London (CNN) -- Alessio Rastani went on a UK news channel on Monday to discuss where stock markets were heading. By Tuesday he was an Internet sensation.
Was it that he said, as someone who bets against markets rising, that he "goes to bed every night dreaming of a recession?" Was it that he said investment bank Goldman Sachs ruled the world and not governments? Or was it that bloggers started to ask if he was just a "fake trader" who duped the media?
Take your pick. But Rastani caused a stir by saying what many people think those in the markets think anyway -- it's OK to make money out of falling markets and there is no reason not to prepare for that.
He certainly thinks the markets will crash again and people should be prepared for that, and that the average person should take steps now to protect their assets, or be prepared to lose their investments.
There is nothing wrong with giving that kind of advice, if that is what you think will happen. It's just unlikely you would hear that from an established player from a bank that is looking for clients.
Still, it was worth hearing more from Rastani and to find out if he really believes what he said, if he understood the stir around him and whether he is in fact a trader.
CNN brought him in, and I asked him all that.
Firstly, Rastani is an amateur trader using his own money (as a "hobby", he has told other media) and he's not registered with the Financial Services Authority to trade other people's money. He doesn't claim otherwise, but there was a feeling after his first interview that he was some sort of suit from the City or Wall Street giving sage advice to his clients.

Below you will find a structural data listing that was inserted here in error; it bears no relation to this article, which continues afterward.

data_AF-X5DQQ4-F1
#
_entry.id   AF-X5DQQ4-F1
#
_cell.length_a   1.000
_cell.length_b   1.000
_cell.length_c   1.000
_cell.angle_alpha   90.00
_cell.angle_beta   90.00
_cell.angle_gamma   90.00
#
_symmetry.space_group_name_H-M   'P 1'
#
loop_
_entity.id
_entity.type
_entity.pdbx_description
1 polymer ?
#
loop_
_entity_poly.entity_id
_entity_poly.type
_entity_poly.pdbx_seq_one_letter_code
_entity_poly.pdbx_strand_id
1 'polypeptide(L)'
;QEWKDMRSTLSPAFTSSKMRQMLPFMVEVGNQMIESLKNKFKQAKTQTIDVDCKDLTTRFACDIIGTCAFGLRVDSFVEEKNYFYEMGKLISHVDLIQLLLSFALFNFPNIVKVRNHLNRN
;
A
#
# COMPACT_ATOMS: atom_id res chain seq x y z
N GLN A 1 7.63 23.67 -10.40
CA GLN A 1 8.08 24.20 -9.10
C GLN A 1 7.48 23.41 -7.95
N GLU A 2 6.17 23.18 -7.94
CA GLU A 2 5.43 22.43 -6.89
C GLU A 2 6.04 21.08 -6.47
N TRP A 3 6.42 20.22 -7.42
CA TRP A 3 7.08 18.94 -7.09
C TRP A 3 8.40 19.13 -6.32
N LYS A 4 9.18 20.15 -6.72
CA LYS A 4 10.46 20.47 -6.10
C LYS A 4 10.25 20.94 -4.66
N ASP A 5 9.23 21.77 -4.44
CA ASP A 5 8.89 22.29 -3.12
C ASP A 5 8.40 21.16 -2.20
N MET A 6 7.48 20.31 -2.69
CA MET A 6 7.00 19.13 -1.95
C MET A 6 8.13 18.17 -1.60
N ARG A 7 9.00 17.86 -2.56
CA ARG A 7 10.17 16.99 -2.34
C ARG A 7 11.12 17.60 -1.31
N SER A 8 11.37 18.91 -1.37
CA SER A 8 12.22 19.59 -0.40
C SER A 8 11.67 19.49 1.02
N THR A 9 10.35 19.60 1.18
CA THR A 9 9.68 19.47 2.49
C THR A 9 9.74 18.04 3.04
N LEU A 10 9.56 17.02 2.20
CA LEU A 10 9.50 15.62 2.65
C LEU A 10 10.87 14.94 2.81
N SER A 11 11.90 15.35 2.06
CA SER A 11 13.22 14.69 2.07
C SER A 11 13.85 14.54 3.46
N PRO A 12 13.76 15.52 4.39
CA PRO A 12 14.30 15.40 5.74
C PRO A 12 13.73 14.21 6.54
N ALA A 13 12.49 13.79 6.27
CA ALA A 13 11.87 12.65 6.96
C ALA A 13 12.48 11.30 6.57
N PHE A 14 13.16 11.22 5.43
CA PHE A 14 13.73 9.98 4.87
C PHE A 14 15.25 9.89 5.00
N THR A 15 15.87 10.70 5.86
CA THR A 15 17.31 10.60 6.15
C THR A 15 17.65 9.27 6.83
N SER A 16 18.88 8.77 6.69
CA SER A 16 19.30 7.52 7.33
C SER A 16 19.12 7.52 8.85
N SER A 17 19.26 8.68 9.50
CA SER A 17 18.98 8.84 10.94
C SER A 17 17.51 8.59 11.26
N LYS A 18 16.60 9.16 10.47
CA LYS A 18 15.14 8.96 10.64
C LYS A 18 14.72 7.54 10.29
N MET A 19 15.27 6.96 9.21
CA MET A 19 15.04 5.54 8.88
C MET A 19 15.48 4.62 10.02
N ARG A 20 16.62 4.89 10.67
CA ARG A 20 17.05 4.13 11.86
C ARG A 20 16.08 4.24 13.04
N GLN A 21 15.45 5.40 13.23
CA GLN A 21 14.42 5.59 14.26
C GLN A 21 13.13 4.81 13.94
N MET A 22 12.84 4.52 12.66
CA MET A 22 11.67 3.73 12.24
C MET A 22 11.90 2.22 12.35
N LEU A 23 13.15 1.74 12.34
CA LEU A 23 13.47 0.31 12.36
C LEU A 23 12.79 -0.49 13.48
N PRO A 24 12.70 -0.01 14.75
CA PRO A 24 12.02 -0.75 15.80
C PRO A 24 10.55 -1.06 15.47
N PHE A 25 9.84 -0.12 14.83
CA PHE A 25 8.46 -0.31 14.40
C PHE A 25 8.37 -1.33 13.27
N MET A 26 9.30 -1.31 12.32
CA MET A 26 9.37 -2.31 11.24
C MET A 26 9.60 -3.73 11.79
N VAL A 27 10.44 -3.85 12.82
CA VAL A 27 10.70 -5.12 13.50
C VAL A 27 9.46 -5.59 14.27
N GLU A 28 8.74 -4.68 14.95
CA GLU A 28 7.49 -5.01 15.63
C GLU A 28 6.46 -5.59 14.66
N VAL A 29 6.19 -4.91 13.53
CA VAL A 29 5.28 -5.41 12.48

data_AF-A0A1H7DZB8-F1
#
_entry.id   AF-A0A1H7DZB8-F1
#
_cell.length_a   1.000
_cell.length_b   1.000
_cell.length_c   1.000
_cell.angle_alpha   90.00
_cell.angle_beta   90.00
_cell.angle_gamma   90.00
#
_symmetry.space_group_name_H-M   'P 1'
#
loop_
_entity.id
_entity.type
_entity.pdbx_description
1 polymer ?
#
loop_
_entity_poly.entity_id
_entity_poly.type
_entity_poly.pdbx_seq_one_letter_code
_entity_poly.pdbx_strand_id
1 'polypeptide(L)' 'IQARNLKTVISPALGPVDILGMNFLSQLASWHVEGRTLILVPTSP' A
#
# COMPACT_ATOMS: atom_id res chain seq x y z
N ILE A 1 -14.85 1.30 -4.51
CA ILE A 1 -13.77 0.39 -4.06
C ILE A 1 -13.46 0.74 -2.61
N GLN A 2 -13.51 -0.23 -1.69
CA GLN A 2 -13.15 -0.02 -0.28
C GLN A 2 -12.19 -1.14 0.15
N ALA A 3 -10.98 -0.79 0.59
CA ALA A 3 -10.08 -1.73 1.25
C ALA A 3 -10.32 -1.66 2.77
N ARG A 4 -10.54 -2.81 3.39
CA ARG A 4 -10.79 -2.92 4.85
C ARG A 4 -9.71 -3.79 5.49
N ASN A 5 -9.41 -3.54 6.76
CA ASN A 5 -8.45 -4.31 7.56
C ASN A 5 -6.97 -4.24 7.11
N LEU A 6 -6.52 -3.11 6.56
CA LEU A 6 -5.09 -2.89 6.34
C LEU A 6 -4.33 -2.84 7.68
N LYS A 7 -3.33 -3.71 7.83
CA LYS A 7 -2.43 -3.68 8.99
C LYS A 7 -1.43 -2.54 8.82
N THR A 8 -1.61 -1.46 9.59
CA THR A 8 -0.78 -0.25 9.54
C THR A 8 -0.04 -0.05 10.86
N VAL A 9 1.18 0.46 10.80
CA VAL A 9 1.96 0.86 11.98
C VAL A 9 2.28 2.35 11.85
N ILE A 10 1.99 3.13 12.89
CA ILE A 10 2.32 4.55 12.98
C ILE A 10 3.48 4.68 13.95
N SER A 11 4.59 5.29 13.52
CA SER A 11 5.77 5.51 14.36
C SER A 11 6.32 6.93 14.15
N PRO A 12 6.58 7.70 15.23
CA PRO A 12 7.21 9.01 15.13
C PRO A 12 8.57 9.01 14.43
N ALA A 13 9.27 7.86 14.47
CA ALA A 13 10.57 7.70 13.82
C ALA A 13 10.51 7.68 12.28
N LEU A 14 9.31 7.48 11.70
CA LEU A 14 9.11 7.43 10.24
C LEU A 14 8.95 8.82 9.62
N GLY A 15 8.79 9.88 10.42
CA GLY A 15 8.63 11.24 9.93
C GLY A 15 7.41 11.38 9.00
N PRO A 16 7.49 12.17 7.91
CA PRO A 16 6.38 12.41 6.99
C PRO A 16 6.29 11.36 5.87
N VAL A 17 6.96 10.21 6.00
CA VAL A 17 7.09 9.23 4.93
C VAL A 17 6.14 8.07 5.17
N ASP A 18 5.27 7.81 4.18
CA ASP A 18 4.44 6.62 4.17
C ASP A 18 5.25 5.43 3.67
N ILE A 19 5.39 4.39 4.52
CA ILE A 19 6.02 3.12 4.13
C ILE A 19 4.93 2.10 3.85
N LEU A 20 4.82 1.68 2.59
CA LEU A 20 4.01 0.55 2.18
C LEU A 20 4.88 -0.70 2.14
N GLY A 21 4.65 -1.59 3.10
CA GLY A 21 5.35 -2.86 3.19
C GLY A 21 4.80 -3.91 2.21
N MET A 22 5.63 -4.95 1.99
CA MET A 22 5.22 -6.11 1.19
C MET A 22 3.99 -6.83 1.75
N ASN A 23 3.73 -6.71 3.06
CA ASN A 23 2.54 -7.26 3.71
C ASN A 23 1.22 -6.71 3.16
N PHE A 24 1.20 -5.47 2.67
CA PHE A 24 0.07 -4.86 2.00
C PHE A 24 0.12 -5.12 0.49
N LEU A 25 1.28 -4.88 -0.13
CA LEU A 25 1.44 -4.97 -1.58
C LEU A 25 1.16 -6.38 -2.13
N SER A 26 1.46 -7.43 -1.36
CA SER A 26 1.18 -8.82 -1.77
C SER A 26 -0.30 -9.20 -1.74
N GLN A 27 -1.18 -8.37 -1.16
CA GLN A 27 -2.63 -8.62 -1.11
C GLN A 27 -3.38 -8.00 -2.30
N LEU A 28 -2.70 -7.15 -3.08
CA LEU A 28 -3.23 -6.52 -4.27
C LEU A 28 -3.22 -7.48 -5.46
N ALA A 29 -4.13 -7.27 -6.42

He does or can have other clients though. His website calls him a speaker and trainer of others who want to trade.
In my interview, Rastani said he does trade being prepared for a recession, but that as a "human being you don't want it. As a trader you think differently. You're going to have volatile... conditions to make money in that market."
He also said he was a religious man. He was also clearly nervous about the whole affair and was undecided for an hour to whether he should actually sit on our set for the interview. He said no a few times, before we sat down.
"The question is, why are they paying attention to this?" he asked. "In my opinion somebody out there doesn't want my voice to be heard and they want to attack me and damage me."
He talked of the 'Big Boys' being desperate to keep people like him from talking about the coming economic storm.
He admits there may be a book in the works, but one that focuses on traders whom he admires.
When I asked him if he was for real, he said he would not say things about the markets he did not truly believe. When I asked him if he is a member of the so-called "Yes-Men" who have faked TV interviews in the past, he would not say yes or no. "Let people believe what they want to," he said.
To my mind, he should have been touted up front as a guy who has strong opinions on the markets, but certainly not as a 'trader' or "investment adviser" in the classic sense. That does not make his view any more or less valid but, with that preamble, I don't think it would have gone viral.